The BBC reports that energy prices “could fall soon” – I just received an unsolicited telephone call from British Gas offering to save me money. Was the call to tell me the company was reversing the horrendous 35% increase introduced this Summer? Of course not, the telesales chap simply wanted me to sign over my electricity supply too.
Boris Johnson reports a similar call – seems British Gas think the answer to customer satisfaction is to annoy us with the heavy sell. I told the caller that I was happy with my electricity supplier and that I didn’t want to receive calls from British Gas selling me things (I am registered with the telephone preference service, but apparently that doesn’t protect me against sales calls from companies I buy from!).
The guy then started into a sales pitch to counter my response – so I told him that at 4.30pm, I was working and didn’t want to take his call. He seemed confused that someone could be working from home – does he think everyone who answers the phone during the day is unemployed or a housewife?
Last week, I received a package from British Gas containing some low energy light bulbs, with a patronising remark about energy efficiency. I didn’t ask for these and don’t need them as I already use such bulbs. Indeed, they cost pennies in the supermarkets and they generally last for years. How dare British Gas lecture me about saving the planet when it has used resources to send me something I don’t need using marketing money from the extortionate bills it charges.
Do I sound like I like British Gas, let alone trust it?
If I visit the British Gas website, the green messages keep on coming – all one way regarding how it can help us to save energy, blah, blah, blah.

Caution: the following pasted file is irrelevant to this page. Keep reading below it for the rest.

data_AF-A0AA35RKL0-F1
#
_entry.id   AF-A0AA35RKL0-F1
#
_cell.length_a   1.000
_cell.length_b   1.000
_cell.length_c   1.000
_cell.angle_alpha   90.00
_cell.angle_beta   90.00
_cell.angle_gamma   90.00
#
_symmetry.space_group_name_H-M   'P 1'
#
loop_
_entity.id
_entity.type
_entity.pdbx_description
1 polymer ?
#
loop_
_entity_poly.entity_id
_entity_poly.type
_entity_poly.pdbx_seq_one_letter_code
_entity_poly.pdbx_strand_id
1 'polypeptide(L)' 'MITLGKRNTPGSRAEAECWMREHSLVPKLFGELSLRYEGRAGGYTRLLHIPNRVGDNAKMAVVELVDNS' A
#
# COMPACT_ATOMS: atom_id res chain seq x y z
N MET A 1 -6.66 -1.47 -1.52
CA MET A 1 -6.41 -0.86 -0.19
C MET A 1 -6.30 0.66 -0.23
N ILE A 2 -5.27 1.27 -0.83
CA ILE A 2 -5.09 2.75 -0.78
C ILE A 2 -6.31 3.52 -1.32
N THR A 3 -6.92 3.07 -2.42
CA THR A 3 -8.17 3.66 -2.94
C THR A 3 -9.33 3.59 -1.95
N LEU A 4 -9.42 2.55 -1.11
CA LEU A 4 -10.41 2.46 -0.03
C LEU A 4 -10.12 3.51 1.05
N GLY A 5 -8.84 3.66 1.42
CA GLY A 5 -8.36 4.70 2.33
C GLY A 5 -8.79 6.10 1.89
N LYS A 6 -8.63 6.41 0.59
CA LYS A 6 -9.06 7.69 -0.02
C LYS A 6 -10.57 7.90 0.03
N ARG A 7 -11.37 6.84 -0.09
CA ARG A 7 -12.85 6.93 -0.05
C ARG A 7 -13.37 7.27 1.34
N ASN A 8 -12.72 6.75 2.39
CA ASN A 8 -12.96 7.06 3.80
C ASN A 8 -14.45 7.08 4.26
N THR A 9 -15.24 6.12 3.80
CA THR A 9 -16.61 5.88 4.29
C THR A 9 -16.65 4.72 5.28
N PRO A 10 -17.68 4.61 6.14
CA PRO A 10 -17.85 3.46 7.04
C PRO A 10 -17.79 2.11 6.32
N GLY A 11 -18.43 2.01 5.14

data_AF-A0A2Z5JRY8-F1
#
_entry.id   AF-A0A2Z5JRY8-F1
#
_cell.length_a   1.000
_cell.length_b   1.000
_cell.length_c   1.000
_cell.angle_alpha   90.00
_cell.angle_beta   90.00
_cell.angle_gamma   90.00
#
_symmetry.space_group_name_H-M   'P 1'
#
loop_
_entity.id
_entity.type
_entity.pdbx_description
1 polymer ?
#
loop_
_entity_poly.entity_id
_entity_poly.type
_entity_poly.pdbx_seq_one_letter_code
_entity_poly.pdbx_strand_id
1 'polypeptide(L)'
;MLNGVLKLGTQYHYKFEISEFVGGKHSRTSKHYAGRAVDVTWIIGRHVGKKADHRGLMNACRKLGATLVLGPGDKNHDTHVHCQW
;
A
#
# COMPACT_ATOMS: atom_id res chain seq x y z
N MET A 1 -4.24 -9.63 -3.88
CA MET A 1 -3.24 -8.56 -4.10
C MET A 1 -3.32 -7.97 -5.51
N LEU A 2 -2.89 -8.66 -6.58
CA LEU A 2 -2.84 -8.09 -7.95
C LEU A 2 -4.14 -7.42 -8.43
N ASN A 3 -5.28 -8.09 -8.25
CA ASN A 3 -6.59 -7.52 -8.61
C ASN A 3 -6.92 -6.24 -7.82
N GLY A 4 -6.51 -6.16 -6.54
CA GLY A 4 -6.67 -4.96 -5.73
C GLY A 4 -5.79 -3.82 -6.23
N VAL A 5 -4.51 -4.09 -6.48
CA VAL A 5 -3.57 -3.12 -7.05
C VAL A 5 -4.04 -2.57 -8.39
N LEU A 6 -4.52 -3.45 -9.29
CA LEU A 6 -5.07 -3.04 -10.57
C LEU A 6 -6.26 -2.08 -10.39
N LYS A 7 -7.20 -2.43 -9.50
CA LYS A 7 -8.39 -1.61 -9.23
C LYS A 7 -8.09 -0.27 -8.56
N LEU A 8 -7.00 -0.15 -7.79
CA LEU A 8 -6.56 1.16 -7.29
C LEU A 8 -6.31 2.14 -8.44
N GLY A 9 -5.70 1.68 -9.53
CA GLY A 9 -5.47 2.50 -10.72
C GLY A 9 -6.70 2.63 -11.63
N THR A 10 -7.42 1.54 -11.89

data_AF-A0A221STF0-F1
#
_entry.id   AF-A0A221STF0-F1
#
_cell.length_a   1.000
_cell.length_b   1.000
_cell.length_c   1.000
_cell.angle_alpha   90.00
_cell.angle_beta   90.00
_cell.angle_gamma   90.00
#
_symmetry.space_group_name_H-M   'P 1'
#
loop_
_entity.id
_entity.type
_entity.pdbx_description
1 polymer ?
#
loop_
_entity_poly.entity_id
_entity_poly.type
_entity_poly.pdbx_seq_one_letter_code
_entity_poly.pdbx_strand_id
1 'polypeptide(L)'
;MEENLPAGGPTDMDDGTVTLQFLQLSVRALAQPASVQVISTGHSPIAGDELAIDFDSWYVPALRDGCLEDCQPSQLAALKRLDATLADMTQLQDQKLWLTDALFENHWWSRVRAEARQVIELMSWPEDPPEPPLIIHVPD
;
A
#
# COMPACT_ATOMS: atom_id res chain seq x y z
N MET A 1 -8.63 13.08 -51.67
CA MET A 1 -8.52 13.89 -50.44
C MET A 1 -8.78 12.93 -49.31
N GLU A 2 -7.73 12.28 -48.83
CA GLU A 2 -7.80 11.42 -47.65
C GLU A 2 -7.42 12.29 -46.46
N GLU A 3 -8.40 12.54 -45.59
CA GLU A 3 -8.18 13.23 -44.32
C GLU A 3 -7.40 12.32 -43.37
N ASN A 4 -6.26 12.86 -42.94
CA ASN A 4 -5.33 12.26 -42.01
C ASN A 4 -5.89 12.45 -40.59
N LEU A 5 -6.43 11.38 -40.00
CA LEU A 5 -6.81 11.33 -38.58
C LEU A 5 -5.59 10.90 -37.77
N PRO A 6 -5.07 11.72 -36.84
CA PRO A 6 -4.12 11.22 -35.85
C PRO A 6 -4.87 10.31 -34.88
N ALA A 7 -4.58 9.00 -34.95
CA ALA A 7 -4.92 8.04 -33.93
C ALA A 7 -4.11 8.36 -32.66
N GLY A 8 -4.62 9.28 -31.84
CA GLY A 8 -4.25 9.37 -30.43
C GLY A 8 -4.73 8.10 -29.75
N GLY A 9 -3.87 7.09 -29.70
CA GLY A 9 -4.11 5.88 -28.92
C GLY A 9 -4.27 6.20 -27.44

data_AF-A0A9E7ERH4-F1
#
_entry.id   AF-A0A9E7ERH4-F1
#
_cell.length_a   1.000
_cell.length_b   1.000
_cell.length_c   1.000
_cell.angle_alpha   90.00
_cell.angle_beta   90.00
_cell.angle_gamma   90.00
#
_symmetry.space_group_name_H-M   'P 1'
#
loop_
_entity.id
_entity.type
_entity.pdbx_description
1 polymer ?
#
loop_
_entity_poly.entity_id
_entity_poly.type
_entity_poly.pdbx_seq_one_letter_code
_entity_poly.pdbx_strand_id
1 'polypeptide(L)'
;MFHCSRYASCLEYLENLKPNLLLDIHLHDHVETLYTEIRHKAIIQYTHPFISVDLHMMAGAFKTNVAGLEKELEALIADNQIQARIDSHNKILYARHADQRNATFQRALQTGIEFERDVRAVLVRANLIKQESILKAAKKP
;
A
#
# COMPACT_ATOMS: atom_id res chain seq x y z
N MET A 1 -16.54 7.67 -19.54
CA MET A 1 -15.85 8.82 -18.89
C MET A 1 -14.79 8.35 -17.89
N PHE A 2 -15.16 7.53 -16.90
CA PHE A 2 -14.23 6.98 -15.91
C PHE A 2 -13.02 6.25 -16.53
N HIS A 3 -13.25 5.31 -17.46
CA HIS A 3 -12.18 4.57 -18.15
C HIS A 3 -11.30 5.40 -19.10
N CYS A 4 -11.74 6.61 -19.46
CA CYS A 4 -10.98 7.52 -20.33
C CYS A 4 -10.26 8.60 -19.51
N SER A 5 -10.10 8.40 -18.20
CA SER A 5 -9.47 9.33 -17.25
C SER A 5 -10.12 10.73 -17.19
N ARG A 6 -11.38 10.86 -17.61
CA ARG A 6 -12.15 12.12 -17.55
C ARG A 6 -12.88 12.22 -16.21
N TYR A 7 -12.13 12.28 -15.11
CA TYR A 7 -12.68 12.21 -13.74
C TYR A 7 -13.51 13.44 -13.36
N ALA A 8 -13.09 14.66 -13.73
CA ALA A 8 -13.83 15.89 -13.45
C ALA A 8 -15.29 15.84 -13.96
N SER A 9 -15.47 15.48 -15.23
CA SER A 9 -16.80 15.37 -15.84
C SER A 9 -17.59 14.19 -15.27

Its caring nature is evident in partnerships with Help the Aged, through which it criticises government policy. But any demands for the energy companies to be socially responsible by passing on the reduction in cost of oil are met with obfuscating comments about long-term world market wholesale prices, etc.
Anyway, to get back to the question about PR and trust – I don’t care about British Gas, my bank, my mobile phone or internet provider, my supermarket or any other business that I have the misfortune to deal with. It is simply an exchange relationship and one where I think I come off worse.
None of these organisations – or the zillions of others I could mention, including the public and not-for-profit sector – care about me. I don’t want to have a social relationship with them just an honest business transaction. They just want my money – and as much of it as they can take.
At PR Conversations, Toni Muzi Falconi claims the future of PR is in managing stakeholder relationships. But doesn’t the current global uncertainty present us with a much more fundamental issue.
Yes times are tough for businesses – but annoying your customers with a heavy sales approach is not the answer. Using PR to make excuses to the media about business practices, engaging in pointless CSR and making employees redundant a few at a time so no-one will notice is not going to gain anyone’s trust.
Frankly, you cannot have useful relationships with people who don’t trust you. And organisations have to earn our trust first by doing things right and understanding our concerns as much as their own. And they’d better not call me until they can do that.